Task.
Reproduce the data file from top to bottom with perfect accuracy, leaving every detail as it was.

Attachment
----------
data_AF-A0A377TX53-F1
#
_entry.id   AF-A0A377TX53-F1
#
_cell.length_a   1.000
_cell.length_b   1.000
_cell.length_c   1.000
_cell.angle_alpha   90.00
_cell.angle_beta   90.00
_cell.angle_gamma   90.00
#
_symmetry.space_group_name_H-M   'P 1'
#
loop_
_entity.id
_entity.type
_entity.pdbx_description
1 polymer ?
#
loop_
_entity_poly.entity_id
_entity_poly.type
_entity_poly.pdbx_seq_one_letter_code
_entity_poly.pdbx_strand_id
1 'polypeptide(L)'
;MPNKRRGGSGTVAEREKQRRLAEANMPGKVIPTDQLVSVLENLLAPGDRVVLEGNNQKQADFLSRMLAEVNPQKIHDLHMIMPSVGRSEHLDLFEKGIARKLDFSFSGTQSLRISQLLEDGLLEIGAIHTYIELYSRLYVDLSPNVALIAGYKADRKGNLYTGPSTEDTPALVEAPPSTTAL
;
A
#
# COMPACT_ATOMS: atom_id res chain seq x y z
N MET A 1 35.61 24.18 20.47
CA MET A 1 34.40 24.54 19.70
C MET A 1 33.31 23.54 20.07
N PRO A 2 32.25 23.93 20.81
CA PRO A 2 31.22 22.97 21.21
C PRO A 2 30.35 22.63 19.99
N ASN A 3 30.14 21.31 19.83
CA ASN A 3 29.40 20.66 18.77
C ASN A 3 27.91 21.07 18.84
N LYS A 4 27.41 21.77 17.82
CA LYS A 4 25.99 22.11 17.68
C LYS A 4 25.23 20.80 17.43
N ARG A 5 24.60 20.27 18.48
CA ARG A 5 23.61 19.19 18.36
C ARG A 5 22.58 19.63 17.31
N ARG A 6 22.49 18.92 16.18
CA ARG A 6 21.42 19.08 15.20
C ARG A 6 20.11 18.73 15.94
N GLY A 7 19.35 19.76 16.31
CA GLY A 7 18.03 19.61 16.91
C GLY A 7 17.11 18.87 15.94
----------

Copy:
data_AF-A0A377TX53-F1
#
_entry.id   AF-A0A377TX53-F1
#
_cell.length_a   1.000
_cell.length_b   1.000
_cell.length_c   1.000
_cell.angle_alpha   90.00
_cell.angle_beta   90.00
_cell.angle_gamma   90.00
#
_symmetry.space_group_name_H-M   'P 1'
#
loop_
_entity.id
_entity.type
_entity.pdbx_description
1 polymer ?
#
loop_
_entity_poly.entity_id
_entity_poly.type
_entity_poly.pdbx_seq_one_letter_code
_entity_poly.pdbx_strand_id
1 'polypeptide(L)'
;MPNKRRGGSGTVAEREKQRRLAEANMPGKVIPTDQLVSVLENLLAPGDRVVLEGNNQKQADFLSRMLAEVNPQKIHDLHMIMPSVGRSEHLDLFEKGIARKLDFSFSGTQSLRISQLLEDGLLEIGAIHTYIELYSRLYVDLSPNVALIAGYKADRKGNLYTGPSTEDTPALVEAPPSTTAL
;
A
#
# COMPACT_ATOMS: atom_id res chain seq x y z
N MET A 1 35.61 24.18 20.47
CA MET A 1 34.40 24.54 19.70
C MET A 1 33.31 23.54 20.07
N PRO A 2 32.25 23.93 20.81
CA PRO A 2 31.22 22.97 21.21
C PRO A 2 30.35 22.63 19.99
N ASN A 3 30.14 21.31 19.83
CA ASN A 3 29.40 20.66 18.77
C ASN A 3 27.91 21.07 18.84
N LYS A 4 27.41 21.77 17.82
CA LYS A 4 25.99 22.11 17.68
C LYS A 4 25.23 20.80 17.43
N ARG A 5 24.60 20.27 18.48
CA ARG A 5 23.61 19.19 18.36
C ARG A 5 22.58 19.63 17.31
N ARG A 6 22.49 18.92 16.18
CA ARG A 6 21.42 19.08 15.20
C ARG A 6 20.11 18.73 15.94
N GLY A 7 19.35 19.76 16.31
CA GLY A 7 18.03 19.61 16.91
C GLY A 7 17.11 18.87 15.94